Can The Herpes Virus be dangerous for us?

The answer is: yes, it can, even though not so often. An open cold sore could lead to an infection of the eyes through a smear infection by wiping the hand across the face.  However infection of the retina (inside at the back of the eye) is of a particularly dangerous kind. If the virus invades the eye and infects the retina this may be destroyed. This, of course can lead to blindness1). Fortunately this is a rare event.

In other infrequent cases it has been observed that the herpes virus can causea paralysis of the facial nerve (Bell’s palsy)2). This means that patients can no longer move the muscles of a part of their face which is a serious condition.

Herpes Simplex Virus

A herpes genitalis infection (HSV2 –different from the facial virus) can be transmitted to the child during the process of the birth. The consequences for the newborn child can be severe as the virus can be spread throughout the body of the child through the bloodstream. In such a situation the newborn child can display widespread symptoms on his skin, in the cavity of the mouth and in the throat, in other major organs and in particularly severe cases even paralysis may occur3).

These severe diseases are luckily very rare. Even though 85% of the population are infected by one form of this virus (HSV1) most of the people don’t know.  They don’t suffer from cold sores and they don’t have other symptoms living normally without affliction. However 33% of the population suffer regularly from cold sores. This is painful and often very unsightly for those affected.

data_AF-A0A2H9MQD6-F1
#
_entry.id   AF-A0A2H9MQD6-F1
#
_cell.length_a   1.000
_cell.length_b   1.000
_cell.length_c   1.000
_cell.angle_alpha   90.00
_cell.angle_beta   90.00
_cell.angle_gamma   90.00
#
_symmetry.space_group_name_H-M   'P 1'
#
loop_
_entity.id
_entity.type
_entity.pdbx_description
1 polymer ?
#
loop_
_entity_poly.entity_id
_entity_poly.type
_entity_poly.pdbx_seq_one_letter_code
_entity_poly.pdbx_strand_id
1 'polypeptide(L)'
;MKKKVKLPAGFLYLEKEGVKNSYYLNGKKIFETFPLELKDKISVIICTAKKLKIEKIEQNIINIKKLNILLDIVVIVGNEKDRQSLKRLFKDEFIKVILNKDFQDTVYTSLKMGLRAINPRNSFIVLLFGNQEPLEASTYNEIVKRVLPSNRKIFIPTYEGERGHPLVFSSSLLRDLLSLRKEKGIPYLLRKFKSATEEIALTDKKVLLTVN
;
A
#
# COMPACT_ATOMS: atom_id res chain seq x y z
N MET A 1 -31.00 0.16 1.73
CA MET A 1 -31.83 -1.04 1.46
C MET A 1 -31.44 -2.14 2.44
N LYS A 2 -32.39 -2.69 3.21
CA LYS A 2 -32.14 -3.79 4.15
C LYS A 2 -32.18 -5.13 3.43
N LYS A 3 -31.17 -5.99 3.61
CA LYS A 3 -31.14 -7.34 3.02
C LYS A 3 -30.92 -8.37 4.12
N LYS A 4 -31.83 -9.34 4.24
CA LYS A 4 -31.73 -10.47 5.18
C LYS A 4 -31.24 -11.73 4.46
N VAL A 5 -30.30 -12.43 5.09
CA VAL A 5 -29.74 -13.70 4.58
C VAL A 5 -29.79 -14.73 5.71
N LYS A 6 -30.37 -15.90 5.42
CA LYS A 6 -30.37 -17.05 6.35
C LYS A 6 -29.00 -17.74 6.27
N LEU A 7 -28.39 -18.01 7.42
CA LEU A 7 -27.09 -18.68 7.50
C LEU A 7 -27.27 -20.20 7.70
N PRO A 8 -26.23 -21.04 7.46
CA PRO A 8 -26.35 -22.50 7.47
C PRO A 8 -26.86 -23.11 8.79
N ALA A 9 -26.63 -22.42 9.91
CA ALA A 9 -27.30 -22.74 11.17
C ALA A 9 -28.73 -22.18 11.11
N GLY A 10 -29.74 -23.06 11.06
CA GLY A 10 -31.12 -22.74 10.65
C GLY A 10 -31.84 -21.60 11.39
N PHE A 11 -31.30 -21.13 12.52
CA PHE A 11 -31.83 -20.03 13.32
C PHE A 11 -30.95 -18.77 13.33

In order to successfully target the infection it is important to take measures to prevent cold sores at an early stage.

 

 

 

Literature

1) M. Cordero-Coma et al.: Herpetic retinitis. (Review) In: Herpes Band 14, Nr. 1, 2007, S. 4–10.

2) S. Murakami et al.: Bell’s palsy and herpes simplex virus: Identification of viral DNA in endoneurial fluid and muscle. In:Ann Intern Med Band 124, Nr. 1, 1996, S. 27–30.

3) R. Marre, T. Mertens, M. Trautmann, E. Vanek: Klinische Infektiologie. München Jena 2000 ISBN 3-437-21740-2 S. 802f

E. Anzivino et al.:Herpes simplex virus infection in pregnancy and in neonate: status of art of epidemiology, diagnosis, therapy and prevention. Virol J. (2009) 6:40 (Review)

 

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